Europe Just Unlocked the Potential of Ocean Energy
Tidal turbines work by harnessing the tides.
A lot of energy sits within the turbulent churn of the world’s oceans and sustainability advocates and experts want to extract it, much in the same way solar panels harvest sunlight and windmills cultivate air.
The European Union has been investing billions of euros in this field, and its first tidal stream turbine off the coast of Scotland recently completed its first operational year, achieving results far better than expected, according to CNBC.
The turbine, which is known as the SR2000 and is still technically in a testing phase, was able to develop three megawatts of energy over the year, enough to power 830 households in the United Kingdom and at times creating enough electricity to meet a quarter of the Orkney Islands’ needs, which has a population of 22,000.
“The SR2000’s phenomenal performance has set a new benchmark for the tidal industry. Despite being an R&D project, and it being our first full-scale turbine, its first year of testing has delivered a performance level approaching that of widely deployed mature renewable technologies,” Andrew Scott, chief executive officer of Scotrenewables Tidal Power, which deployed the turbine, said in a press release.
While 850 homes is not significant in the grand scheme of supplying renewable energy to the world, the SR2000 was more productive in 12 months than all tidal energy created in Scotland in the 12 years leading up to 2016, according to the company.
Scotrenewables Tidal Power
That means that tidal power could soon become a key part of renewable energy portfolios. Globally, the world generated 25 megawatts of tidal energy in 2017.
Tidal turbines work by harnessing the tides, which move back and forth in a predictable manner, unlike ocean currents that move unpredictably in one direction. Machines float on the surface of the ocean, unfurling underwater turbines that are moved by the tide.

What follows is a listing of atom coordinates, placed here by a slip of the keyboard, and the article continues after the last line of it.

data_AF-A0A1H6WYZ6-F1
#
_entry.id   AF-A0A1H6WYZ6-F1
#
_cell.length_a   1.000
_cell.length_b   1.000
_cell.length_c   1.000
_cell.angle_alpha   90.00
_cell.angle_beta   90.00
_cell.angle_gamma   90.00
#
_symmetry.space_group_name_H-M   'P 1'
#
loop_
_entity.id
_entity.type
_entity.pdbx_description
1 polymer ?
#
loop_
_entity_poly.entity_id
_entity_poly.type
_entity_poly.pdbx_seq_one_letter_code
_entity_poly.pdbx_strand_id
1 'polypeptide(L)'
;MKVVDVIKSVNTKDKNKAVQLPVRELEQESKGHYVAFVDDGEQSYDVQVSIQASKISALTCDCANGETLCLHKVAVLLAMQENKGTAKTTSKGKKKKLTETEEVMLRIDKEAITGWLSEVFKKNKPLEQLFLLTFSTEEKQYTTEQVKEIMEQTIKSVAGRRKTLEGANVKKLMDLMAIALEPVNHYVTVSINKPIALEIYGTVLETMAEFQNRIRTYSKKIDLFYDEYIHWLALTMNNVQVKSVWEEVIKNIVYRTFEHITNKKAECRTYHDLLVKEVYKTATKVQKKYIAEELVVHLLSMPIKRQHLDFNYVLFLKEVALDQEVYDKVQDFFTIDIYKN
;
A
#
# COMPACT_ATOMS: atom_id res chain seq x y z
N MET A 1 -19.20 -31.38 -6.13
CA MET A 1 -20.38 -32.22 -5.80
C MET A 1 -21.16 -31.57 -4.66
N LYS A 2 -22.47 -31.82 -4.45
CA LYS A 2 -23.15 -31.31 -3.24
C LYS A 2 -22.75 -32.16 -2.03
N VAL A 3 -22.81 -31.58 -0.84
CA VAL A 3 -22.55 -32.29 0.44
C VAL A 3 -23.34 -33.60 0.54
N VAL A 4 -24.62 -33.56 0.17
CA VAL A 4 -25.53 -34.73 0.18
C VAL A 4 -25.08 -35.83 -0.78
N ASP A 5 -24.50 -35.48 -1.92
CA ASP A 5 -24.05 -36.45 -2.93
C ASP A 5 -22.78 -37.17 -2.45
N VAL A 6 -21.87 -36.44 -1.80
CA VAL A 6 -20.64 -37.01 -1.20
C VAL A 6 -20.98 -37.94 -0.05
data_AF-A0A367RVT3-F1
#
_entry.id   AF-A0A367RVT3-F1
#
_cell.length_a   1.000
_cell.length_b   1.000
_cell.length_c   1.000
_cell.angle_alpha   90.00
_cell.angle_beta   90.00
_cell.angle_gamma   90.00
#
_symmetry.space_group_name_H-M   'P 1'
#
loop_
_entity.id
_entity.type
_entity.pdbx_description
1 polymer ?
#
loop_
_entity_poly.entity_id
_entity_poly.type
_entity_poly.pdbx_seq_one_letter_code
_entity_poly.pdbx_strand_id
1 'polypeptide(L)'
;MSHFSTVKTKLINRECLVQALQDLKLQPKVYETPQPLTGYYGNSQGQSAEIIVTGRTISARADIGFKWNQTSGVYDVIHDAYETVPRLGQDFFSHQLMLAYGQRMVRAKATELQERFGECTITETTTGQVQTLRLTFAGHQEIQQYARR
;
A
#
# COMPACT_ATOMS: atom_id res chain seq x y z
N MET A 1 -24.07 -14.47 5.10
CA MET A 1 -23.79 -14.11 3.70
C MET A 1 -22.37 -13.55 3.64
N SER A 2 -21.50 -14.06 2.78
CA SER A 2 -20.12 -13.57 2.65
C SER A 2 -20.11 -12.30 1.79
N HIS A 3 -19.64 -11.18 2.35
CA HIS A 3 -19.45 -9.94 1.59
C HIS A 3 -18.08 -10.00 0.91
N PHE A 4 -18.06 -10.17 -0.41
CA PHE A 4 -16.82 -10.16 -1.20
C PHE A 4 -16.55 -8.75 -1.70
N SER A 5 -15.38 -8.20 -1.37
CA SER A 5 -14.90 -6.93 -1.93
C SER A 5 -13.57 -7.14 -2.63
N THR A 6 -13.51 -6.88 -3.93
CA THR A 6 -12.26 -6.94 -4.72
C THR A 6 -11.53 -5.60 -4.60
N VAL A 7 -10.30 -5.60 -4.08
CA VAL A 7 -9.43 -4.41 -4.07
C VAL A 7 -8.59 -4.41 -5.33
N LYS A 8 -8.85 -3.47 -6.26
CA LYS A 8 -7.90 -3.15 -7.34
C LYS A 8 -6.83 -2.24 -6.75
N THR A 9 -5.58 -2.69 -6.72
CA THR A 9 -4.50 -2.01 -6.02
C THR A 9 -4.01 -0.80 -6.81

Because the machines are relatively close to shore, they’re easier to manage than technologies deployed deeper at sea, and maintenance crews can readily travel out to make repairs. This past year, the SR20000 was able to withstand violent storms, proving the technology’s resilience, according to the company.
Harnessing deep sea currents, on other hand, is a relatively untested proposal that scientists are still trying to crack, but the potential is immense.
As a point of comparison, offshore wind farms, for instance, have been deployed to enormous success and one study found that an offshore wind farm the size of Greenland could generate enough electricity to power the world.
In the years ahead, Scotrenewables will continue testing the SR2000 and fine-tuning its capacity with the goal of selling versions by 2020. The EU is supporting the company through a renewable energy strategy that has a budget of $92.18 billion, CNBC notes.
By 2050, the EU hopes to generate around 10% of its energy needs from tidal power.
“The SR2000 has completed the job of demonstrating that we have a breakthrough technology and we will now be shifting all our focus and resources towards building on that success with a product which we are confident can enable a new industry created around a predictable renewable energy source,” Scott said.